By Tammy McCausland
This blog post is modified from an article that appeared in Radiation Oncology News for Administrators Vol 32 No 4.
In 1959, D. L. Dewey and J. W. Boag first reported FLASH radiotherapy (FLASH-RT), a novel radiotherapy technology defined as a single ultra-high dose-rate (≥ 40 Gy/s) radiotherapy.1 They called it the “flash effect.”1
There are more than 100 types of cancer. Cancers are usually named after the organs or tissues where they are located. Major cancers like breast, lung, prostate, colorectal, liver, cervical and ovarian cancer are more well-known because there are more diagnoses. We put together a list of important cancer awareness days that are recognized nationally and internationally each year. This list is comprehensive, but not exhaustive, so we apologize for any we’ve missed.
Almost everyone knows someone who has been affected personally by cancer. In 2021, the American Cancer Society estimated there would be 1.9 million new cancer diagnoses in the U.S. and 608,570 cancer deaths. The National Cancer Institute reported that in 2020, prostate, lung and colorectal cancers accounted for an estimated 43 percent of all cancers diagnosed in men in 2020; breast, lung and colorectal accounted for an estimated 50 percent of all new cancer diagnoses in women.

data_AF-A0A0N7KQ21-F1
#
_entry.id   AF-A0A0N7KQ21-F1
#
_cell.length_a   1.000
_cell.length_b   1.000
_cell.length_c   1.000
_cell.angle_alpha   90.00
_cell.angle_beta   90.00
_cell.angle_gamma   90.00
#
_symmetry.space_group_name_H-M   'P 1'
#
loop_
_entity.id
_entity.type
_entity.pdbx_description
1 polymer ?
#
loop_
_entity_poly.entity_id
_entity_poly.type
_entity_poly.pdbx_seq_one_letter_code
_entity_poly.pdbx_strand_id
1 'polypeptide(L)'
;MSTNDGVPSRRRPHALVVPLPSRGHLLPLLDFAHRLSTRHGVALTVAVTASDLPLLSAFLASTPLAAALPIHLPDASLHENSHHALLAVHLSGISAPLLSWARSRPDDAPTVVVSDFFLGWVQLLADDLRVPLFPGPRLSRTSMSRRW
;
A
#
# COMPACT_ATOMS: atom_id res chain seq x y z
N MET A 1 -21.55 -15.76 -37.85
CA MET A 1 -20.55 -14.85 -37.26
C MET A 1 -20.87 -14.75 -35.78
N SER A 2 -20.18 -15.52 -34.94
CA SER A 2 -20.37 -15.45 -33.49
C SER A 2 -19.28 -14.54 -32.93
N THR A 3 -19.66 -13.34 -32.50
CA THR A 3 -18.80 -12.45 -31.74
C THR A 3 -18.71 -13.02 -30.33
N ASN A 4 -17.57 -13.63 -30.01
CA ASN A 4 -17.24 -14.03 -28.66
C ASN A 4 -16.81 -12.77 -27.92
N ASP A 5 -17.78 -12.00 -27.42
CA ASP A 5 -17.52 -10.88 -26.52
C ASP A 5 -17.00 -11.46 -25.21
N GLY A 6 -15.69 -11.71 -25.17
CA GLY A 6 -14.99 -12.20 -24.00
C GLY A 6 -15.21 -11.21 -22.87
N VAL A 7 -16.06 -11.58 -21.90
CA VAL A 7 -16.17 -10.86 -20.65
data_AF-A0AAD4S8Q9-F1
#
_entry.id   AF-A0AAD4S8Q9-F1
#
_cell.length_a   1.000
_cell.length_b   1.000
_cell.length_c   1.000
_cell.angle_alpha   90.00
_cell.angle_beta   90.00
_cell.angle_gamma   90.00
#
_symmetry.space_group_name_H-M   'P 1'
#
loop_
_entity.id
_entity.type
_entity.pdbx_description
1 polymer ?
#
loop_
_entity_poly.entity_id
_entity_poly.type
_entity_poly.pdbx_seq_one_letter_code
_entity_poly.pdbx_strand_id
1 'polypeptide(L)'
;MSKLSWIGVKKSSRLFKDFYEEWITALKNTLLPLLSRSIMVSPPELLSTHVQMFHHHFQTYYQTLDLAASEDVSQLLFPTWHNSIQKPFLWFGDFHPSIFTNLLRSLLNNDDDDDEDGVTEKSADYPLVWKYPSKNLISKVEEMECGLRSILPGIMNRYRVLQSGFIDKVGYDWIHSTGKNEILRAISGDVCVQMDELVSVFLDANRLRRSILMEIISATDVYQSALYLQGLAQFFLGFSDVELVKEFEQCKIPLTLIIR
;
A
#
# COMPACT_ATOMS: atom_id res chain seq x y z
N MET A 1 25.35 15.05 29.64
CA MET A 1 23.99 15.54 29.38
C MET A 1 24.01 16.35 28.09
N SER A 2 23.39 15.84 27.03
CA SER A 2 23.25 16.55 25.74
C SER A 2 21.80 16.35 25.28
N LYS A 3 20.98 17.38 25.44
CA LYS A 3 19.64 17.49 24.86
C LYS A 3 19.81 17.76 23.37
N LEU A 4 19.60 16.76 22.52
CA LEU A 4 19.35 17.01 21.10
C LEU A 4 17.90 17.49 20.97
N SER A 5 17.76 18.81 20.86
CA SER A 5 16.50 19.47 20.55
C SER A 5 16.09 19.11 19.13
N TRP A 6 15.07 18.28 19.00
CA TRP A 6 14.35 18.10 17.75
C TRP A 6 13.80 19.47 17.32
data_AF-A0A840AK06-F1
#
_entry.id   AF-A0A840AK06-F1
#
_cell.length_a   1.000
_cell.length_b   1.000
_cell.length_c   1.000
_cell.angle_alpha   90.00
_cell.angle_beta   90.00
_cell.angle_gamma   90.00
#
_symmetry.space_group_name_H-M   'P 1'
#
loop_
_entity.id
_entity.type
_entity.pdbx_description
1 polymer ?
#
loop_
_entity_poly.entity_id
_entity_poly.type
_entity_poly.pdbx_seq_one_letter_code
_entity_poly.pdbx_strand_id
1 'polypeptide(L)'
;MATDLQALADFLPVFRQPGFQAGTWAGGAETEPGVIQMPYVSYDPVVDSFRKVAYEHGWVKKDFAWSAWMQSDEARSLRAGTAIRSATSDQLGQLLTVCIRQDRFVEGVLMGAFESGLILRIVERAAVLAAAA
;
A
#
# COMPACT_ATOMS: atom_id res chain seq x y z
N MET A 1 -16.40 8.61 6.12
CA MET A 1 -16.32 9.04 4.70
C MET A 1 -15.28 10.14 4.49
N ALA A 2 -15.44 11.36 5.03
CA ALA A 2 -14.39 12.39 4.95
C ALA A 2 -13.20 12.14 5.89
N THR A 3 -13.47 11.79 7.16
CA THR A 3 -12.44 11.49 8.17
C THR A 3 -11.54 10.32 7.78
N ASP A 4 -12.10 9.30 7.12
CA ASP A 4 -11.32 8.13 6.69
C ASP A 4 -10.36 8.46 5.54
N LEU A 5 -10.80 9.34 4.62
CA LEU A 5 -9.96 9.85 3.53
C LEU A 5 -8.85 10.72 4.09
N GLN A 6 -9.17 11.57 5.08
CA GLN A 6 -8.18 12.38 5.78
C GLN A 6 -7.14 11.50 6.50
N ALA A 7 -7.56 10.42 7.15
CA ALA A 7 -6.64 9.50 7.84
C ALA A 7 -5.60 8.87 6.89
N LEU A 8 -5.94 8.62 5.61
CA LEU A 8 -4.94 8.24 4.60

We have put together a list of cancer awareness months
Given the growing number of survivors––22.1 million survivors of cancer by 2030 according to American Cancer Society estimates––specific services will be needed to deal with long-term side effects and tools to help them maintain their quality of life.